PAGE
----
Social Security and Medicare cuts are coming, whether politicians want them to or not

President Joe Biden tweeted last week that he would be a “nightmare” for Republicans who dream of cutting Social Security and Medicare. With this statement, Biden showed that he is either shockingly ignorant of these two programs and any Republican reform efforts—or lack thereof—or is just another politician who washes his hands of what happens when the programs are out of office and hit impending hurdles.

I have no idea what it is. However, before expressing my hypothesis, it is worth reconsidering the problem more fully. Every time I write about Social Security and Medicare, newspapers get letters to the editor revealing how little the general public understands about entitlement spending and where it’s going. This misunderstanding is particularly acute and ominous in the case of Social Security.

It is important for people to realize the reality because no single issue will affect our financial future more than Social Security and Medicare. These two programs alone account for 45 percent of the federal budget. In addition to Medicaid, these programs The Drivers of our current and future debt. And to drive home the gravity of our predicament, remember that Medicare and Social Security together face a $116 trillion deficit over the next 30 years.

How Congress decides to deal with the deficit will have serious consequences for everything else in government or on the tax burden on Americans, whether they are rich or poor.

That’s why it’s worth trying to reach out to those who, for example, believe Congress shouldn’t reform entitlements because they’ve paid for and are entitled to every dollar. This claim is incorrect. Americans are indeed paying for some benefits, but not for themselves and not for what they will receive.

Consider Social Security. The program is funded by a payroll tax of 12.4 percent. Collected revenue does not belong to workers in the sense that paying taxes entitles us to Social Security in retirement. But these revenues do not go to our name account. Instead, they are used to pay current retirees. This is a pay-as-you-go system, not an investment account. Previously, adjustments were sometimes required.

Second, beneficiaries receive more than their taxes. The average Social Security retiree will receive $698,000 and pay only $625,000. This explains the bankruptcy of the program. It’s even worse for Medicare because the average beneficiary receives three times more than taxes pay for that program.

So, while no serious reformer wants to cut either program a dime more than necessary to make it safe and sustainable, workers and retirees upset about the changes will have no legal rebuttal no matter how much in payroll taxes they pay. The Supreme Court said as much in a judgment in 1960.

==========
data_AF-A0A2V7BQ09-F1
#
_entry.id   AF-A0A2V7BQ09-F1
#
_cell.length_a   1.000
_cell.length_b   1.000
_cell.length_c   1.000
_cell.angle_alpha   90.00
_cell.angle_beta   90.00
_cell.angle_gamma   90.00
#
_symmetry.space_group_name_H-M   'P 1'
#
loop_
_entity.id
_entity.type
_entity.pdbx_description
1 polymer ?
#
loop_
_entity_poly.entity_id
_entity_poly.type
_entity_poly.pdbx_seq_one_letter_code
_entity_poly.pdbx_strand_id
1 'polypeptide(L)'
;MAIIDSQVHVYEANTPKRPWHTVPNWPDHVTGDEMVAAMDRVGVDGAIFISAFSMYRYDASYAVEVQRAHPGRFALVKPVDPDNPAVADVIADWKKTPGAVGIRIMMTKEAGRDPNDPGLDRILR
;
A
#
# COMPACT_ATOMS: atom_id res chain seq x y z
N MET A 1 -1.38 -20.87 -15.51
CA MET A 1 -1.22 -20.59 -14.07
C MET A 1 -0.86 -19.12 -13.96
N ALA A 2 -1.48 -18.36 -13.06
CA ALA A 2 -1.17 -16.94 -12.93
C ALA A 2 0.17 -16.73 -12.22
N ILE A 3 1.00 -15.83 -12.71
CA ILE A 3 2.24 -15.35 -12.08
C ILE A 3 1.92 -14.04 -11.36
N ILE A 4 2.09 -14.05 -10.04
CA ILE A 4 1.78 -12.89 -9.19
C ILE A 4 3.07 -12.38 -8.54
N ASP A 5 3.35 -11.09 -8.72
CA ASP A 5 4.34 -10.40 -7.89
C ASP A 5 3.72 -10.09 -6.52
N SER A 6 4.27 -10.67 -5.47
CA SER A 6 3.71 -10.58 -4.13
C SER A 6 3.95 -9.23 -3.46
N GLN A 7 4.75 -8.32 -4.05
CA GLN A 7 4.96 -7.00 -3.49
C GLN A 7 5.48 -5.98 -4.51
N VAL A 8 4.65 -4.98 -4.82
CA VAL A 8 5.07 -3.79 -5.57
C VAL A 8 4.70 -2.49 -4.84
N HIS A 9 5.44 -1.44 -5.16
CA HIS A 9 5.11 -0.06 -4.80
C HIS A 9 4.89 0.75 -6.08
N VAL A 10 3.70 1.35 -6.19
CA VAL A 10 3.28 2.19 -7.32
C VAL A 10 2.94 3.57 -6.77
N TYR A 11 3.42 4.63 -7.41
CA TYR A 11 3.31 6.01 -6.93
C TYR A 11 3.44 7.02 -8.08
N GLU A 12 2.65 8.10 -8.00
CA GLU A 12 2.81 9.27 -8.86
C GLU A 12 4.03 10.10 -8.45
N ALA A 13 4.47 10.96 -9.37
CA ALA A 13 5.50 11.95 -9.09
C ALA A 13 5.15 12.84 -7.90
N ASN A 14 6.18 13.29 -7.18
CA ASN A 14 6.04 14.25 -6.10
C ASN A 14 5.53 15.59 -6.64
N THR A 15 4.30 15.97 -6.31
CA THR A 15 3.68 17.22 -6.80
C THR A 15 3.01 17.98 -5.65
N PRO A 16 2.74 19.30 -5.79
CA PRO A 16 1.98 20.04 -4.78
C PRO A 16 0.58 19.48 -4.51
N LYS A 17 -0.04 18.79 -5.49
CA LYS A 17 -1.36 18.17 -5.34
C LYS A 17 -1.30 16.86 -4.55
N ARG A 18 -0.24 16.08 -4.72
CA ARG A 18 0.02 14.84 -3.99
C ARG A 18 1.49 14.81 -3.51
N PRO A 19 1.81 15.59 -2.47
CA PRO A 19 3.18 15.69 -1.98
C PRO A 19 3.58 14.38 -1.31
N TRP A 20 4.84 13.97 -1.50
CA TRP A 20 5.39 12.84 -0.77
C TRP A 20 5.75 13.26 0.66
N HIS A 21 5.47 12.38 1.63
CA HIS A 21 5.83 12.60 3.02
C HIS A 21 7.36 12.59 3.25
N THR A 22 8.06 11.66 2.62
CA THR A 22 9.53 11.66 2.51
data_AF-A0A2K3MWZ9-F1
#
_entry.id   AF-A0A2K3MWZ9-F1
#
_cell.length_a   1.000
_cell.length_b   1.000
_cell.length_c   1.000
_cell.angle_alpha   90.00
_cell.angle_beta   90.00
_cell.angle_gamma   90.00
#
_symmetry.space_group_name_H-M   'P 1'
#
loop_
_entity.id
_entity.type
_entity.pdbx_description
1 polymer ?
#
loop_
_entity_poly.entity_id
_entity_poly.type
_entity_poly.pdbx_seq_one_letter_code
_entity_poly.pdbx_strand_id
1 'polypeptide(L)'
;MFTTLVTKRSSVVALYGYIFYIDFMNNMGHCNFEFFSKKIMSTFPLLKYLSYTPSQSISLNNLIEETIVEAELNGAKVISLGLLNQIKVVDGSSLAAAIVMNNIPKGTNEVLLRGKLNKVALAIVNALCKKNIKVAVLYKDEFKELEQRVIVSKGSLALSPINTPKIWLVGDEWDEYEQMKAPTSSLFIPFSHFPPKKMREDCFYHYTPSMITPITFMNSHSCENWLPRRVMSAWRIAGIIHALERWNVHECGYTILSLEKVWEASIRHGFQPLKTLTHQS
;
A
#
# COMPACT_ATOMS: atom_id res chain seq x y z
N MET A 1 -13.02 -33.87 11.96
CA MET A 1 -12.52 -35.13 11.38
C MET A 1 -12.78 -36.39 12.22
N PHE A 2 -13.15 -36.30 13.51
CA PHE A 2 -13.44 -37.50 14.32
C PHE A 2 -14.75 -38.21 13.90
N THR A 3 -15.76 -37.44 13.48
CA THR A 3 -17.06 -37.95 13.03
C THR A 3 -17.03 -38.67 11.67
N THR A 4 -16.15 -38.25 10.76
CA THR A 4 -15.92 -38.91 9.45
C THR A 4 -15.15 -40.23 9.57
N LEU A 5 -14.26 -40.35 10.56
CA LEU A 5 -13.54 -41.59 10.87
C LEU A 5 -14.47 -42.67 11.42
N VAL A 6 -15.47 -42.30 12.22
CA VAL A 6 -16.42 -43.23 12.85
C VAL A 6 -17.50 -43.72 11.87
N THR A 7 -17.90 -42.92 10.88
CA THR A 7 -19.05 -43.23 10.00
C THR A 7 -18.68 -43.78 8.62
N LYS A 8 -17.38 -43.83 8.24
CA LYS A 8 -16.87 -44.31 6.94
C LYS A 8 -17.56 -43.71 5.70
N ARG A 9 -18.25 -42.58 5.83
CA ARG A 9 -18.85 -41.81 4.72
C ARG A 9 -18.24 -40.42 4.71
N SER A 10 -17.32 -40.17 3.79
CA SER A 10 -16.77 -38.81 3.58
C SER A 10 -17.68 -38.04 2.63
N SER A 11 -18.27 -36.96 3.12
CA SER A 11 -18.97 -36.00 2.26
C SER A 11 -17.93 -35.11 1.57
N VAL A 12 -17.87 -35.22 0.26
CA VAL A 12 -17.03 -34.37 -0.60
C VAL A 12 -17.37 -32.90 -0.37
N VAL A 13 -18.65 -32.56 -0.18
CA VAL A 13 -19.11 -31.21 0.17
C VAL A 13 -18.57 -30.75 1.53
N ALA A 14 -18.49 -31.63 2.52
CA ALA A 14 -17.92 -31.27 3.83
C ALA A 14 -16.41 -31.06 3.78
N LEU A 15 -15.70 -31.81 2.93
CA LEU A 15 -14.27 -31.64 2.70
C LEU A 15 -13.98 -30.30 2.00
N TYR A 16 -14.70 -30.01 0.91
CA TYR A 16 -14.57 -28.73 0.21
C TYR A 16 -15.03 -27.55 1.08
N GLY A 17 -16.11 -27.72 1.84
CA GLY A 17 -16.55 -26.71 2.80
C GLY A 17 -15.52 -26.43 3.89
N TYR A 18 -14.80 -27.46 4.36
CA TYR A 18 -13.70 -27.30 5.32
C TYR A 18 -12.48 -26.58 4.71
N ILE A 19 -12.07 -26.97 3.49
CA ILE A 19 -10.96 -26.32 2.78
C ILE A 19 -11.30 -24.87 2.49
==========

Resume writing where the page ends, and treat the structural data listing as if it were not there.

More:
Voters can certainly throw people who want to touch Medicare and Social Security out of office. These political constraints have kept each Congress as far as possible from seriously reforming these programs—but that doesn’t mean the programs won’t be cut. Failure to reform them will, in fact, result in automatic termination of benefits.

Consider Social Security again. Right now, benefits paid come from payroll taxes as well as money borrowed by the Treasury. Why does the Treasury do this? That’s because Social Security has a trust fund with about $2.6 trillion in IOUs that it can redeem if payroll taxes don’t cover all the benefits. This has been happening since 2010.

These IOUs come from additional payroll taxes collected from past employees. That money was exchanged for pieces of Treasury bond-paper. The Treasury then spent these funds on whatever Congress directed: defense, highways, education, you name it. This is important for two reasons. First, until Congress changes the law, Social Security will seek and receive money from the Treasury as long as there are IOUs in the trust fund. Second, when the trust fund runs out of IOUs around 2033, Social Security benefits by law About one-fifth will be cut. Something similar will happen with Medicare, very soon.

Biden—who has spent half a century in the Beltway and knows how it works—unwittingly used the right word to describe his intention to block Medicare and Social Security reform. Without work, benefits will be cut with no chance of sheltering veterans who are poor. A nightmare for them.

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